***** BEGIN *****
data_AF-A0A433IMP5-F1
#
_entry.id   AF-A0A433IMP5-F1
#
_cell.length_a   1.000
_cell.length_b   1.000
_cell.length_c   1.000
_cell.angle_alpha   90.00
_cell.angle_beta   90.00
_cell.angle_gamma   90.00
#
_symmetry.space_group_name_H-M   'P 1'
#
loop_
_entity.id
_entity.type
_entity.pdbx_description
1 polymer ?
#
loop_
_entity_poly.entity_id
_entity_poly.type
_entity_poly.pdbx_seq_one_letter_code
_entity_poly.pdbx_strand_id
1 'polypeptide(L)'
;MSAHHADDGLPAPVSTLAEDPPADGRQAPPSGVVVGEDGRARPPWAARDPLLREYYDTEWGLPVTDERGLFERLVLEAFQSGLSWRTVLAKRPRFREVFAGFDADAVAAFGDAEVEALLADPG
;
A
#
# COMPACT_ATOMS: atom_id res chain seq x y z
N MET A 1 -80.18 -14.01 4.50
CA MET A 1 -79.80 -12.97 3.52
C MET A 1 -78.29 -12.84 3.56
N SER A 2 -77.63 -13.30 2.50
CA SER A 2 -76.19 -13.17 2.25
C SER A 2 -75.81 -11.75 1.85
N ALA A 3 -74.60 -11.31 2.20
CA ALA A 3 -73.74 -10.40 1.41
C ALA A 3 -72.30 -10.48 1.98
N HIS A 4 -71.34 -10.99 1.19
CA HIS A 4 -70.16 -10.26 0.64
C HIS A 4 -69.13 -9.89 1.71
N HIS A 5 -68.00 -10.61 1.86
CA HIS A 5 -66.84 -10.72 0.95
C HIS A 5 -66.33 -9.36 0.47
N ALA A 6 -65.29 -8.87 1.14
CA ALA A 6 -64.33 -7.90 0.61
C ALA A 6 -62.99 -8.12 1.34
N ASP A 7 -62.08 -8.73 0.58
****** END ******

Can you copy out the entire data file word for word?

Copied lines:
data_AF-A0A433IMP5-F1
#
_entry.id   AF-A0A433IMP5-F1
#
_cell.length_a   1.000
_cell.length_b   1.000
_cell.length_c   1.000
_cell.angle_alpha   90.00
_cell.angle_beta   90.00
_cell.angle_gamma   90.00
#
_symmetry.space_group_name_H-M   'P 1'
#
loop_
_entity.id
_entity.type
_entity.pdbx_description
1 polymer ?
#
loop_
_entity_poly.entity_id
_entity_poly.type
_entity_poly.pdbx_seq_one_letter_code
_entity_poly.pdbx_strand_id
1 'polypeptide(L)'
;MSAHHADDGLPAPVSTLAEDPPADGRQAPPSGVVVGEDGRARPPWAARDPLLREYYDTEWGLPVTDERGLFERLVLEAFQSGLSWRTVLAKRPRFREVFAGFDADAVAAFGDAEVEALLADPG
;
A
#
# COMPACT_ATOMS: atom_id res chain seq x y z
N MET A 1 -80.18 -14.01 4.50
CA MET A 1 -79.80 -12.97 3.52
C MET A 1 -78.29 -12.84 3.56
N SER A 2 -77.63 -13.30 2.50
CA SER A 2 -76.19 -13.17 2.25
C SER A 2 -75.81 -11.75 1.85
N ALA A 3 -74.60 -11.31 2.20
CA ALA A 3 -73.74 -10.40 1.41
C ALA A 3 -72.30 -10.48 1.98
N HIS A 4 -71.34 -10.99 1.19
CA HIS A 4 -70.16 -10.26 0.64
C HIS A 4 -69.13 -9.89 1.71
N HIS A 5 -68.00 -10.61 1.86
CA HIS A 5 -66.84 -10.72 0.95
C HIS A 5 -66.33 -9.36 0.47
N ALA A 6 -65.29 -8.87 1.14
CA ALA A 6 -64.33 -7.90 0.61
C ALA A 6 -62.99 -8.12 1.34
N ASP A 7 -62.08 -8.73 0.58